ATLANTA — Not since Lena Baker, an African-American convicted of murder in Randolph County, has Georgia executed a woman. The state is scheduled to snap that 70-year streak on Wednesday. Kelly Renee Gissendaner, 47, was convicted in a February 1997 murder plot that targeted her husband in suburban Atlanta.
Gissendaner was romantically involved with Gregory Owen and conspired with the 43-year-old to have her husband, Douglas Gissendaner, killed, according to court testimony. Owen wanted Kelly Gissendaner to file for a divorce, but she was concerned that her husband would “not leave her alone if she simply divorced him,” court documents said.
The Gissendaners had already divorced once, in 1993, and they remarried in 1995.
Nightstick and hunting knife
Details of the crime, as laid out at trial and provided by Georgia Attorney General Sam Olens, are as follows:
Owen and Kelly Gissendaner planned the murder for months. On February 7, 1997, she dropped Owen off at her home, gave him a nightstick and hunting knife and went out dancing with girlfriends.
Douglas Gissendaner also spent the evening away from home, going to a church friend’s house to work on cars. Owen lay in wait until he returned.
When Douglas Gissendaner came home around 11:30 p.m., Owen forced him by knifepoint into a car and drove him to a remote area of Gwinnett County.
There, Owen ordered his victim into the woods, took his watch and wallet to make it look like a robbery, hit him in the head with the nightstick and stabbed Douglas Gissendaner in the neck eight to 10 times.
Kelly Gissendaner arrived just as the murder took place but did not immediately get out of her car. She later checked on her husband to make sure he was dead, then Owen followed her in Douglas Gissendaner’s car to retrieve a can of kerosene that Kelly Gissendaner had left for him.
Owen set her husband’s car on fire in an effort to hide evidence, and left the scene with Kelly Gissendaner.
Police discovered the burned-out automobile the morning after the murder but did not find the body. Authorities kicked off a search.
Kelly Gissendaner, meanwhile, went on local television appealing to the public for information on her husband’s whereabouts.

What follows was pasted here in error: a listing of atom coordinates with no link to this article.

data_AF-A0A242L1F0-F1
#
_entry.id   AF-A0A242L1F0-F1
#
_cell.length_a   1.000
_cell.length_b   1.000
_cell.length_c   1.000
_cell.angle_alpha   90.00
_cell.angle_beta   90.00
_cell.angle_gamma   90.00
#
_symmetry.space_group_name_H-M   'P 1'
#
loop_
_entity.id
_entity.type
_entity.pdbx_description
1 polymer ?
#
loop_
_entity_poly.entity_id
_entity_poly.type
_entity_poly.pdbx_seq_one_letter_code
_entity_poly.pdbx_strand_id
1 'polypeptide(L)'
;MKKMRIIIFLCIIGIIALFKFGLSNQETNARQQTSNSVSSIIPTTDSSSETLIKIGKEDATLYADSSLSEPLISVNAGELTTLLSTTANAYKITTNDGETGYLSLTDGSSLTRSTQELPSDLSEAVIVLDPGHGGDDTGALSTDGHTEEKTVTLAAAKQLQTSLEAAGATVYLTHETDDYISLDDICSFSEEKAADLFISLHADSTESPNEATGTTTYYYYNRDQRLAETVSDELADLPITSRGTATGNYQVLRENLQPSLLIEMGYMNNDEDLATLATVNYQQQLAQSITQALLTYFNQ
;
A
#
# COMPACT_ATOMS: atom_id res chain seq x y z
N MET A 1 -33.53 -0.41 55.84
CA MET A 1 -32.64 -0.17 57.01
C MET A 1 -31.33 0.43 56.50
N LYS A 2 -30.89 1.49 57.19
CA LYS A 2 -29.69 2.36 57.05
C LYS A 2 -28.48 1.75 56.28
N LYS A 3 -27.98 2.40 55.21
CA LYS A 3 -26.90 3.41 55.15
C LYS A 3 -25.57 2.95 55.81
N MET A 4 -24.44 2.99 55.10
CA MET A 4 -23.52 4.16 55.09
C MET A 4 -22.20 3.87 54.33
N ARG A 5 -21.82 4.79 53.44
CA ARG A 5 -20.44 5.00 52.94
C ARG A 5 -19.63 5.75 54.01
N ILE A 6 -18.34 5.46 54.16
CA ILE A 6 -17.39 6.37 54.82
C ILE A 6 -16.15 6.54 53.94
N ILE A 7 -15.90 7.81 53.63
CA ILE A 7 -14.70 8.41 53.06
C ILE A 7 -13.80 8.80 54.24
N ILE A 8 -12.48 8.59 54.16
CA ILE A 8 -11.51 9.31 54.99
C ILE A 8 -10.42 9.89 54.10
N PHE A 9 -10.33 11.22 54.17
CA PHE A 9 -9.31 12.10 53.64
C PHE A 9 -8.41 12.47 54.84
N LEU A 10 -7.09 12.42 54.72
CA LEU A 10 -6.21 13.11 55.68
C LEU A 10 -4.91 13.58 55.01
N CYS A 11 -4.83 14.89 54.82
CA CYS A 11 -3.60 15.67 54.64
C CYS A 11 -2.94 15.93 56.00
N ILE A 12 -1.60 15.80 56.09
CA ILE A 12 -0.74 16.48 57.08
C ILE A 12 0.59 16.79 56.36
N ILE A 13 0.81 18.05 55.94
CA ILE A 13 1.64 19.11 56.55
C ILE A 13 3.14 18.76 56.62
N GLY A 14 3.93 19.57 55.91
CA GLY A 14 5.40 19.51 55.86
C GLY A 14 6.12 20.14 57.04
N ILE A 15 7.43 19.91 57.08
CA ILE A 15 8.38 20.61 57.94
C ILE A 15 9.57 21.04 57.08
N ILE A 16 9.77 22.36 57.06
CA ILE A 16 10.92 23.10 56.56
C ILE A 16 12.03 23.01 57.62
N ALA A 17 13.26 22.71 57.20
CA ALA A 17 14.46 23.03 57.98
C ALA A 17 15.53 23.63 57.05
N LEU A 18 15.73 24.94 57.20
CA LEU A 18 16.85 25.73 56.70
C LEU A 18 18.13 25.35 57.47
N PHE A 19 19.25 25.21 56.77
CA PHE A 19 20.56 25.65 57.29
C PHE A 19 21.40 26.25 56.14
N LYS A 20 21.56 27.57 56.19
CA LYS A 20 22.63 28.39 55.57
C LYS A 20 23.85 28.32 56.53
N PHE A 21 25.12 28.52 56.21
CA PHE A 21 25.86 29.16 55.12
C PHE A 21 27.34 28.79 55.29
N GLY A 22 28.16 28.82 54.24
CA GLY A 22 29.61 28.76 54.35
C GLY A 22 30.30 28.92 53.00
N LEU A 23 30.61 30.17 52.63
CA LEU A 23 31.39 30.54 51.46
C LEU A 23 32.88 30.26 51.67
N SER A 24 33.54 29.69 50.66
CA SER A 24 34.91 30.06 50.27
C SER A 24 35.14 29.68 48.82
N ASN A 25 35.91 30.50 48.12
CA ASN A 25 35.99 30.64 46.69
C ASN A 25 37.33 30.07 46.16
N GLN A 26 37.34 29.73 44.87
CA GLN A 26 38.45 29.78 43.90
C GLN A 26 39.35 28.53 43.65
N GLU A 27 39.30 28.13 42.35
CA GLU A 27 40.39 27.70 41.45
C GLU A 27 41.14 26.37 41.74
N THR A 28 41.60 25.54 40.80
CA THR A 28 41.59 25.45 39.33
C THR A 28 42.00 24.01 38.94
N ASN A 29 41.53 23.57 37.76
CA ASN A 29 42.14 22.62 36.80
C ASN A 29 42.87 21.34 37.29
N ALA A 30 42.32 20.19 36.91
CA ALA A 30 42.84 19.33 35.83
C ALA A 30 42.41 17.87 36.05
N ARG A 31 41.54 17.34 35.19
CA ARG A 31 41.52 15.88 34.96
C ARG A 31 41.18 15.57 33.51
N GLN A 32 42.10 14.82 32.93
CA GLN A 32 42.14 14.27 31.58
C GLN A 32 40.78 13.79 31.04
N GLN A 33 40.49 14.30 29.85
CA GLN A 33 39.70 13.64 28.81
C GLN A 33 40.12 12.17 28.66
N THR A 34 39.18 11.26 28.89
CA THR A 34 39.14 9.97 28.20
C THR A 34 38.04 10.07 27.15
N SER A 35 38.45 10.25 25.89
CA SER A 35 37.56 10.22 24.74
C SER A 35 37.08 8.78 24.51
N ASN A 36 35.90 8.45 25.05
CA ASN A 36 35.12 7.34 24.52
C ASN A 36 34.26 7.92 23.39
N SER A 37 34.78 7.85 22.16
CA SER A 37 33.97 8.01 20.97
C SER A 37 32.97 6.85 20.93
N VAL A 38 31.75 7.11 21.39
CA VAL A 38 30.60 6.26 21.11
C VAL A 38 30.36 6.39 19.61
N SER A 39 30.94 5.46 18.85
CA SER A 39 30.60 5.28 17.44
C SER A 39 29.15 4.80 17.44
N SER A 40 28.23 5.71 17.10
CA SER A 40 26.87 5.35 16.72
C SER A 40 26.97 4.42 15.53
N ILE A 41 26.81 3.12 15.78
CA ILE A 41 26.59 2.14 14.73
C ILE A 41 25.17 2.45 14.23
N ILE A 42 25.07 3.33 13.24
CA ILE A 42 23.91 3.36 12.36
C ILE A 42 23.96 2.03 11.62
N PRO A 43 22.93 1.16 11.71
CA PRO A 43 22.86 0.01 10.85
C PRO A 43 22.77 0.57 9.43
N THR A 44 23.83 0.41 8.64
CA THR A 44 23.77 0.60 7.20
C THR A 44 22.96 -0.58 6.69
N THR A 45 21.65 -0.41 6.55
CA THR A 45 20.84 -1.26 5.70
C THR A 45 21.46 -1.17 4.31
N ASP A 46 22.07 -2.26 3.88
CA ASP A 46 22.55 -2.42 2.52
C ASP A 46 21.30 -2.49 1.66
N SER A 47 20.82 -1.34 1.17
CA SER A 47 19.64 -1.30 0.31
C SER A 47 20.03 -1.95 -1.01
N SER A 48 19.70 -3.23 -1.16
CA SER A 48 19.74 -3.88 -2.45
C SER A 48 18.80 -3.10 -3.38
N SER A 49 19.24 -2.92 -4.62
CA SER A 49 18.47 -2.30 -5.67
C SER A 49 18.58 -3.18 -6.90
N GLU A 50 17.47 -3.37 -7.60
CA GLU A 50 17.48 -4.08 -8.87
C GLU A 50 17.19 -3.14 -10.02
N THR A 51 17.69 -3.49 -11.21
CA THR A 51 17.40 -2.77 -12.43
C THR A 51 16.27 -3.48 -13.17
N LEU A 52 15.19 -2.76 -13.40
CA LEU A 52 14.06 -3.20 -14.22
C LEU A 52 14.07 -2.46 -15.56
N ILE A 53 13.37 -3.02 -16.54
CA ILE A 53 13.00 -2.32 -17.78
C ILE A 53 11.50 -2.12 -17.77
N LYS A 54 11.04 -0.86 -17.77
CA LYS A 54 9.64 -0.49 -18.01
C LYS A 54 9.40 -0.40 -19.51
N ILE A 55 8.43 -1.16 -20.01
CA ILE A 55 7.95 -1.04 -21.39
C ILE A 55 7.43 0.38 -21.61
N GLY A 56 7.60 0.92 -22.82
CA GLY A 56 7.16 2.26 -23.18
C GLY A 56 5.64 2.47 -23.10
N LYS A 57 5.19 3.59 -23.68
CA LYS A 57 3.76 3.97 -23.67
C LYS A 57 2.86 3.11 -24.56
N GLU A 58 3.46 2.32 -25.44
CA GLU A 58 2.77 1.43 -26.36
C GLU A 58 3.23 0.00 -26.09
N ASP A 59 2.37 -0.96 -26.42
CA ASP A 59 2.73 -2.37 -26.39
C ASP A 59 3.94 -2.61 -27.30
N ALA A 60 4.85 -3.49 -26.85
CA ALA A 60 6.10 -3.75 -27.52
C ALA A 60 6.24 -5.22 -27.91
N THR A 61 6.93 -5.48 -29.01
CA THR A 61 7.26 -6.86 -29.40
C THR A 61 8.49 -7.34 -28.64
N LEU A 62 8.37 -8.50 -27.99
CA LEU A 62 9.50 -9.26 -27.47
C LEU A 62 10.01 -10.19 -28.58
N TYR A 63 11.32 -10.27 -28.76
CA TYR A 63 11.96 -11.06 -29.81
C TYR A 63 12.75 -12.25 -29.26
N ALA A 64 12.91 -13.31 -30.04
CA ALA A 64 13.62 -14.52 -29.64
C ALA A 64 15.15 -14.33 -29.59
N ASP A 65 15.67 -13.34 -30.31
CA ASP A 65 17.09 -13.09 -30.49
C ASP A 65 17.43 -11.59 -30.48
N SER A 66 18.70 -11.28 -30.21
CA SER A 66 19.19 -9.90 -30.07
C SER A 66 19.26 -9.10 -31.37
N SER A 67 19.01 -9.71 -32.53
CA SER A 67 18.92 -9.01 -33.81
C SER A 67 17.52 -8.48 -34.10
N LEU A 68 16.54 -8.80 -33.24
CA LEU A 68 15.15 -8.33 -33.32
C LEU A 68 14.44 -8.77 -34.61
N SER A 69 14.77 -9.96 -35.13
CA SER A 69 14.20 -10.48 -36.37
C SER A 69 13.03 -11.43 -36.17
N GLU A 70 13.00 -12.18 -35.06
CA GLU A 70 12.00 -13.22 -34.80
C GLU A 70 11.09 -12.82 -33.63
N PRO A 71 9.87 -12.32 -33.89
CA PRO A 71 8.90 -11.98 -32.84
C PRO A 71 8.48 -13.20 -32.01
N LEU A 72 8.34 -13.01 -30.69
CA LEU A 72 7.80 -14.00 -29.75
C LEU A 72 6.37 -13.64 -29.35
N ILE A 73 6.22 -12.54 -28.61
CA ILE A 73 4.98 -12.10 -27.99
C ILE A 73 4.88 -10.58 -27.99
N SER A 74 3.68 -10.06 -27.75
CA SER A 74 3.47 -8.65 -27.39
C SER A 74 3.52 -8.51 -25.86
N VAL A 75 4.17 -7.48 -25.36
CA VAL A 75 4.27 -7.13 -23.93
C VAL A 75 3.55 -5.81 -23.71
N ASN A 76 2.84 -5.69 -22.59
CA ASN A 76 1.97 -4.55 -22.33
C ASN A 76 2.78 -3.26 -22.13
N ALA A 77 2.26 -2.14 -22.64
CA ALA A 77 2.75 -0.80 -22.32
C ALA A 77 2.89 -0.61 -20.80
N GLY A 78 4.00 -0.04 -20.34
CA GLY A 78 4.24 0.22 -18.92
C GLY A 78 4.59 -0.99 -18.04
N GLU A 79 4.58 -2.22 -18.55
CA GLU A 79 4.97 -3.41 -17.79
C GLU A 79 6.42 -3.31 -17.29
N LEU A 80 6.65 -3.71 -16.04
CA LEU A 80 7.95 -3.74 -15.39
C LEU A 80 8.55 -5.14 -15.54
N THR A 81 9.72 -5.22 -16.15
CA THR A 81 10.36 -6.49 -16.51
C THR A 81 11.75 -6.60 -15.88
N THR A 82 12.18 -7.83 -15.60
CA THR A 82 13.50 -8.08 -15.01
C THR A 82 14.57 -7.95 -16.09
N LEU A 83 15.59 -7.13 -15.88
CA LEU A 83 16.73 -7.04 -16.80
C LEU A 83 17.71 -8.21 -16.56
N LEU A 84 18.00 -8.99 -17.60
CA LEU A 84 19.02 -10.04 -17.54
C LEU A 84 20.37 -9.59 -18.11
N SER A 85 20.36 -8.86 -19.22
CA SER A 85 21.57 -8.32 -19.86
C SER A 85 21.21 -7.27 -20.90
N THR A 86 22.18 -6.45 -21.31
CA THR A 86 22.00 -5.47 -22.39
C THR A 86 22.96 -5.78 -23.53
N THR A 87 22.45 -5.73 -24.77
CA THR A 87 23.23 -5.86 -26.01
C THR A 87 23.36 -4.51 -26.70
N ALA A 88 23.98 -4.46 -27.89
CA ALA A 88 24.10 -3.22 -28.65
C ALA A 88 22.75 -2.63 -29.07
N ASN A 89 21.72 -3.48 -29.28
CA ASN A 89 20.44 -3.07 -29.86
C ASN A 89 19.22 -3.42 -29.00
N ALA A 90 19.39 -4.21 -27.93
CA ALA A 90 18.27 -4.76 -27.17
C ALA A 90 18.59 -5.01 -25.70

Her and Owen’s story started to unravel after a series of police interviews. On February 20, Douglas Gissendaner’s face-down body was found about a mile from his car. An autopsy determined the cause of death to be knife wounds to the neck, but the medical examiner couldn’t tell which strike killed Douglas Gissendaner because animals had devoured the skin and soft tissue on the right side of his neck.
On February 24, Owen confessed to the killing and implicated Kelly Gissendaner, who was arrested the next day and charged.
While in jail awaiting trial, Kelly Gissendaner grew angry when she heard Owen was to receive a 25-year sentence for his role in the murder. (Owen is serving life in prison at a facility in Washington state, according to Georgia Department of Corrections records).
She began writing letters to hire a third person who would falsely confess to taking her to the crime scene at gunpoint.
She asked her cellmate, Laura McDuffie, to find someone willing to do the job for $10,000, and McDuffie turned Kelly Gissendaner’s letters over to authorities via her attorney.
Clemency to be considered Tuesday
Kelly Gissendaner has exhausted all state and federal appeals, the attorney general said in a statement. The State Board of Pardons and Paroles will consider a clemency request Tuesday.
For her last meal, she’s requested an extravagant one: two Burger King Whoppers with cheese (with everything), two large orders of fries, popcorn, cornbread, a side of buttermilk and a salad with tomatoes, bell peppers, onions, carrots, cheese, boiled eggs and Paul Newman buttermilk dressing, CNN affiliate WGCL-TV in Atlanta reported. She also requested a glass of lemonade and cherry-vanilla ice cream for dessert.
Kelly Gissendaner is currently the only woman on Georgia’s death row. She would be the first woman executed in the state since Baker in 1945. Only 15 women have been executed in the United States since 1977, according to the Death Penalty Information Center.